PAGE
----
Many people balk at eating liver because it is the organ that removes toxins from the body. If toxins are a concern, in general it’s best to choose liver from smaller and/ or younger animals; for example, better to eat a young rooster’s liver than an old pig’s. Also, if possible, try to make sure the animal was raised organically; at the very least, not in a toxic environment. Interestingly enough, some studies show that animal livers do not always have a higher concentration of toxins and heavy metals than muscle meat does; the levels can be variable.

Liver is an excellent source of protein, iron, vitamin A, and vitamins B12 and B2; in fact, its vitamin A levels could potentially be harmful if you eat too much. Liver is suitable as an occasional dish, maybe once or twice a month for the average person. See this article for more information and advice.

Upon researching how to cook liver, here are the top tips I learned:

If parasites are a concern, cook liver all the way through – it should not still be pink inside.

If the liver comes from an adult animal or if toughness is a concern, soak in milk for up to four hours before cooking.

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(Above: what we’re working with. You might be thinking that this liver is unusually large; in fact, my cutting board is unusually small!)

It’s recommended to peel off the thin outer membrane before slicing. Slice liver thinly so that it cooks quickly and evenly. Cut out any white tubes you may come across when cutting up the liver.

When cooking or frying liver, don’t move it around too much as it will either break or get tougher the more it’s moved during the process.

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(Above: sliced and ready to be cooked.)

I cooked liver and onions, which was really easy. Saute onions until soft or slightly caramelized (however you prefer). Remove the onions from the pan, add more oil into the pan if needed, and turn up the heat. Fry the thin slices of liver, about a minute on each side. Remove from the oil and combine the liver with the onions again. Season with salt and pepper to taste.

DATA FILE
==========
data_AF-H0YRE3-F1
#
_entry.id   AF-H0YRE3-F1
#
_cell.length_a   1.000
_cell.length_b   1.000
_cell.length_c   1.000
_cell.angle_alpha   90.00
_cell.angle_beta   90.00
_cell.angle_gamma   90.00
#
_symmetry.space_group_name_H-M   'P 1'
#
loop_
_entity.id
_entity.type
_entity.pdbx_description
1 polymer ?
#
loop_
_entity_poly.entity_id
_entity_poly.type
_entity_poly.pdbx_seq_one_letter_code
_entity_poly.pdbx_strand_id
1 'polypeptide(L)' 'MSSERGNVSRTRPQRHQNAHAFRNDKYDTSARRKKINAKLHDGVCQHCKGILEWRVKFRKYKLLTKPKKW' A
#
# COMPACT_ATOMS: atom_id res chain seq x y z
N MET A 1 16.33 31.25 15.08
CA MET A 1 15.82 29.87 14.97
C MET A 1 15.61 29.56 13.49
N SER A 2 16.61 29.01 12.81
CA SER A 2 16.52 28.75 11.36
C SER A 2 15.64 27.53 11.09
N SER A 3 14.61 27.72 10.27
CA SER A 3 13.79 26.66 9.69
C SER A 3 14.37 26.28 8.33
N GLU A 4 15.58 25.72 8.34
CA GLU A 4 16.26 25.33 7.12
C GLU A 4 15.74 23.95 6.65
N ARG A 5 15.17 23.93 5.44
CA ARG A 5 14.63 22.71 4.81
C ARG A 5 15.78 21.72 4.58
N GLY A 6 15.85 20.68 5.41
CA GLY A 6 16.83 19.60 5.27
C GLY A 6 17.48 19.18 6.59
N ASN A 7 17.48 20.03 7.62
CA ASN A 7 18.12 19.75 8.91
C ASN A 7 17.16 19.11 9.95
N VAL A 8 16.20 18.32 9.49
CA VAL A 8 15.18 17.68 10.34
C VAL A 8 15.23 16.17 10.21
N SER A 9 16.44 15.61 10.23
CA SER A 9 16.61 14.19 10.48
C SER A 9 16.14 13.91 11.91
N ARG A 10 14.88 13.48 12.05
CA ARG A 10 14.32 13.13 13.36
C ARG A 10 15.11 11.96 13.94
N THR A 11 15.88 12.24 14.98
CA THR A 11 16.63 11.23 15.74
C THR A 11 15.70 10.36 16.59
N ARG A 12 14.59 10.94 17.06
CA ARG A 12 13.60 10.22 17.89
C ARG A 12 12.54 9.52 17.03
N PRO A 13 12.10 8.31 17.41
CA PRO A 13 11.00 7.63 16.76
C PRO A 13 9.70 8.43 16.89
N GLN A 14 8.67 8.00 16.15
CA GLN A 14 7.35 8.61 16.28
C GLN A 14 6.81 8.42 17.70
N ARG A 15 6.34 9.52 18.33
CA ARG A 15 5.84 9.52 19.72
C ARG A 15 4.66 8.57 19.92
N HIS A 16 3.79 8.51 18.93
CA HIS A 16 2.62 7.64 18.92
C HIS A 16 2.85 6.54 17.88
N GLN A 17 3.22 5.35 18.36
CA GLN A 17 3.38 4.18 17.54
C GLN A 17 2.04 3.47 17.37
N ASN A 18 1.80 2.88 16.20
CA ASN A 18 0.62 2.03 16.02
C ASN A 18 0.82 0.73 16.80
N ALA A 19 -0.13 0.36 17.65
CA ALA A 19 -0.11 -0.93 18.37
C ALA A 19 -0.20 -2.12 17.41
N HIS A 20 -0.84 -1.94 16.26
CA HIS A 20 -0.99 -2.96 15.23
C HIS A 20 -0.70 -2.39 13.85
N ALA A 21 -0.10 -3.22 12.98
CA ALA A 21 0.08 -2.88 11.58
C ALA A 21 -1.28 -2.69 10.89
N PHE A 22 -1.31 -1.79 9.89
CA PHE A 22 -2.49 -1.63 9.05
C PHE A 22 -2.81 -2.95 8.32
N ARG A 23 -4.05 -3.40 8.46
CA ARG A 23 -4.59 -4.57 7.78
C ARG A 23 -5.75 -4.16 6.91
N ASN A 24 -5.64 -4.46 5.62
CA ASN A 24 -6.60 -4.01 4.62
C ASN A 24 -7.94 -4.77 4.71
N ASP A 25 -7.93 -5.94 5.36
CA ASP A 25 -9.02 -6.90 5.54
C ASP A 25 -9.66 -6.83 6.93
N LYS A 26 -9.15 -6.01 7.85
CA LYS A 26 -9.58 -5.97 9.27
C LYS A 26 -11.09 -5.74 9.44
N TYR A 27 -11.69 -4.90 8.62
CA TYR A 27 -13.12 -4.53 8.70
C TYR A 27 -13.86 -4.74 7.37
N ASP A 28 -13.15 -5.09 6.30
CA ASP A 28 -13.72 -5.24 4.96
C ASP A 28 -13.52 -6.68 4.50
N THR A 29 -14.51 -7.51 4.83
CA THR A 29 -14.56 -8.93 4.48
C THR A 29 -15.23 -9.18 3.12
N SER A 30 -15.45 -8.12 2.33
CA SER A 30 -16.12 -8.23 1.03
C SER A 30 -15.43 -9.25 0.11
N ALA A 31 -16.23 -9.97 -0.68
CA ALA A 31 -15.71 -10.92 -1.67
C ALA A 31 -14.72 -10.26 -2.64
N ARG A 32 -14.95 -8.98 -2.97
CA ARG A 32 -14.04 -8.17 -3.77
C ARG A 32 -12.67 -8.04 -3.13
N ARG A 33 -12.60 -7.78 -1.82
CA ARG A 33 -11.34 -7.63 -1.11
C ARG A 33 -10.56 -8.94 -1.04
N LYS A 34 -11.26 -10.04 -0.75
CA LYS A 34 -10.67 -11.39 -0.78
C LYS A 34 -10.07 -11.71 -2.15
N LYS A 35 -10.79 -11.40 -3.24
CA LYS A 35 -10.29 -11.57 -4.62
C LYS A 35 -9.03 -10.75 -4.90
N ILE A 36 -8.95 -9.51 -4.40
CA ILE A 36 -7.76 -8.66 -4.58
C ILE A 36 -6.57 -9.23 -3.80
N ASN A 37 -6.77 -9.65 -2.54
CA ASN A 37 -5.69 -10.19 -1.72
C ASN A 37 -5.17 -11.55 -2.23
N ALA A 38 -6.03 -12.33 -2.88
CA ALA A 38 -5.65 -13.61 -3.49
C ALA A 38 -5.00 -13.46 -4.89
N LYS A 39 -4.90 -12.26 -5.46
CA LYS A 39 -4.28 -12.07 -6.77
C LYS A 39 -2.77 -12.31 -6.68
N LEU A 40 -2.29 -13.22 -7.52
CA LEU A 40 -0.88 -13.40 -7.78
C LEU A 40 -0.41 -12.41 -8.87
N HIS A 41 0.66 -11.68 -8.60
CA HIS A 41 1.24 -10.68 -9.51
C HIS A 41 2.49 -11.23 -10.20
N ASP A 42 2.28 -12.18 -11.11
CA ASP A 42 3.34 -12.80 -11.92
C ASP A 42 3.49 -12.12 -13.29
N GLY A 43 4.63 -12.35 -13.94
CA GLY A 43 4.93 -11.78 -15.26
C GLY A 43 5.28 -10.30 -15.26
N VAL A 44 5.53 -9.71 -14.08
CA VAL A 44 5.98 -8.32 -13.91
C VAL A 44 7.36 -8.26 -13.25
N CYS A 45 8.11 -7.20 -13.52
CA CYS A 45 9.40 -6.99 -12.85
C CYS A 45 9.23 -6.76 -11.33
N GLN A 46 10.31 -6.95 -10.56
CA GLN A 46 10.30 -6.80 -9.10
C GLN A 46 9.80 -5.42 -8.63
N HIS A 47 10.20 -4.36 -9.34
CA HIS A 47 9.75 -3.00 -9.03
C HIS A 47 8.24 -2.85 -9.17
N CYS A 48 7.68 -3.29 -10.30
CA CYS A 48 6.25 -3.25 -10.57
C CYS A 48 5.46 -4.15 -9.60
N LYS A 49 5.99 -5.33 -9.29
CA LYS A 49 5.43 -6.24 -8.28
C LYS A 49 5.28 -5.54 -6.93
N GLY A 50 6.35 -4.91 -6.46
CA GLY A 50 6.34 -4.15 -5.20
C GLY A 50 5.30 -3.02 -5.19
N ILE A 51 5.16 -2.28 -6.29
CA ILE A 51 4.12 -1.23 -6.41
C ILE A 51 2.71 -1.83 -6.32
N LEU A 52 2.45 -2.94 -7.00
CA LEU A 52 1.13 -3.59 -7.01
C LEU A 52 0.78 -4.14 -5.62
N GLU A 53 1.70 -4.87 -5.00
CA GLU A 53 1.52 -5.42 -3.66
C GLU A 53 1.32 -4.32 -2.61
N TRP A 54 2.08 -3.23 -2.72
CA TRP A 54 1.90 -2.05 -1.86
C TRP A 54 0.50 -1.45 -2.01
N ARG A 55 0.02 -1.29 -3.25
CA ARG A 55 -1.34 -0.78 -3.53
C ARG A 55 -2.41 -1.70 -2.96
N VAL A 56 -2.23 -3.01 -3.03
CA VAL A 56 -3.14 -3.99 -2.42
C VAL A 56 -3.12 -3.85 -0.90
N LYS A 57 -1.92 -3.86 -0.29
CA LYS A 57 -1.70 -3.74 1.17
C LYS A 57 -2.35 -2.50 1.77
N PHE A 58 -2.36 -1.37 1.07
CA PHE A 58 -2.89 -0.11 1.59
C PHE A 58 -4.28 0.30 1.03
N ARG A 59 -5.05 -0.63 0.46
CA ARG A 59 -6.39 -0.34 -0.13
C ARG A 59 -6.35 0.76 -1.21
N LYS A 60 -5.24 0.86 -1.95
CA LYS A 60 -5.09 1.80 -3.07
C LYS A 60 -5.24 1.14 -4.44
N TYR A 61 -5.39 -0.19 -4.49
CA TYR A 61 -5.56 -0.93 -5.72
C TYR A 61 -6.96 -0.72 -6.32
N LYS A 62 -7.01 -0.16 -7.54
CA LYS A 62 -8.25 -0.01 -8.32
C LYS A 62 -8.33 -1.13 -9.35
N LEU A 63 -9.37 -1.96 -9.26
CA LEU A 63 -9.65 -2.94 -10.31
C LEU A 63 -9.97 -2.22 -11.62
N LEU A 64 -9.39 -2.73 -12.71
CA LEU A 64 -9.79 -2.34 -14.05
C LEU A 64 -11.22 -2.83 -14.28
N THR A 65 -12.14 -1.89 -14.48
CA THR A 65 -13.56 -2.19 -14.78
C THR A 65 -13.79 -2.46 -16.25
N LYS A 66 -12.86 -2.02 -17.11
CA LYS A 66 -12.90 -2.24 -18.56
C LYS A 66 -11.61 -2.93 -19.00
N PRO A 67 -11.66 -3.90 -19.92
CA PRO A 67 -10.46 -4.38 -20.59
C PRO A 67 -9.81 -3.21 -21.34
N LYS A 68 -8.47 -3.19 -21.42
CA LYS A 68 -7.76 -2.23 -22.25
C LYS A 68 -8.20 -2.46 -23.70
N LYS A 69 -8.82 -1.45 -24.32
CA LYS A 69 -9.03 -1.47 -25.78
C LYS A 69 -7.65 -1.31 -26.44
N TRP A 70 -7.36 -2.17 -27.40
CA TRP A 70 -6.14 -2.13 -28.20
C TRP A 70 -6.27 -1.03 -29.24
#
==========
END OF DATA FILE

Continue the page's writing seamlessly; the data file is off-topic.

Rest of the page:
How easy was that? What are your favorite liver recipes?

Divide and conquer: what I did about the chicken coop

I have seven hens and had read somewhere that two nest boxes would be more than enough. It wasn’t.

Let’s just say I don’t think the author of that advice ever dealt with your typical Tanzanian village hen. These chickens only lay eggs once in a blue moon, but when they do, it’s like they move in to the box. They spend so much time rearranging wood shavings and feathers in there, then lay an egg, go away, and come back and look at it again. And forget about when they go broody. These hens would rather set outside in monsoon weather than miss a precious opportunity to hatch out their spawn.

Despite (or perhaps because of) their neurotic tendencies, these village chickens make great mother hens. I hadn’t let any hens set this year (okay, one snuck by me… I told you they were crafty, right?!) because of our move and crazy schedule of events, but I finally got some cross-breed eggs for two of my hens to hatch out. However a hen needs to set somewhere where she will not have other motherhood-crazed chickens clambering all over her. So I figured the time had come to improve upon our one-room coop that clearly was just not cutting it.

During the past couple of weeks, I had been slowly figuring out how to best make a mama-and-baby sub-section of the main coop. I was able to use all scrap wood that remained from our house construction, with total expenses being the cost of 3 meters of chicken wire, two plastic five-gallon buckets, a piece of sheet metal, and nails, hinges, and a latch. It may not be the prettiest thing, but it gets the job done:

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The top lifts up for easy feeding and cleaning:

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The nest buckets are removable and easy-to-clean:

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We finished it yesterday, thanks to Omari who saw I was a bit out of my league when it came to cutting sheet metal. Those edges can get razor-sharp!

Once we hammered in the last nail for the roof hinges, we had a good laugh about the tiny chicken door, and felt pretty accomplished with ourselves.

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Where do you let your broody hens set and raise their chicks?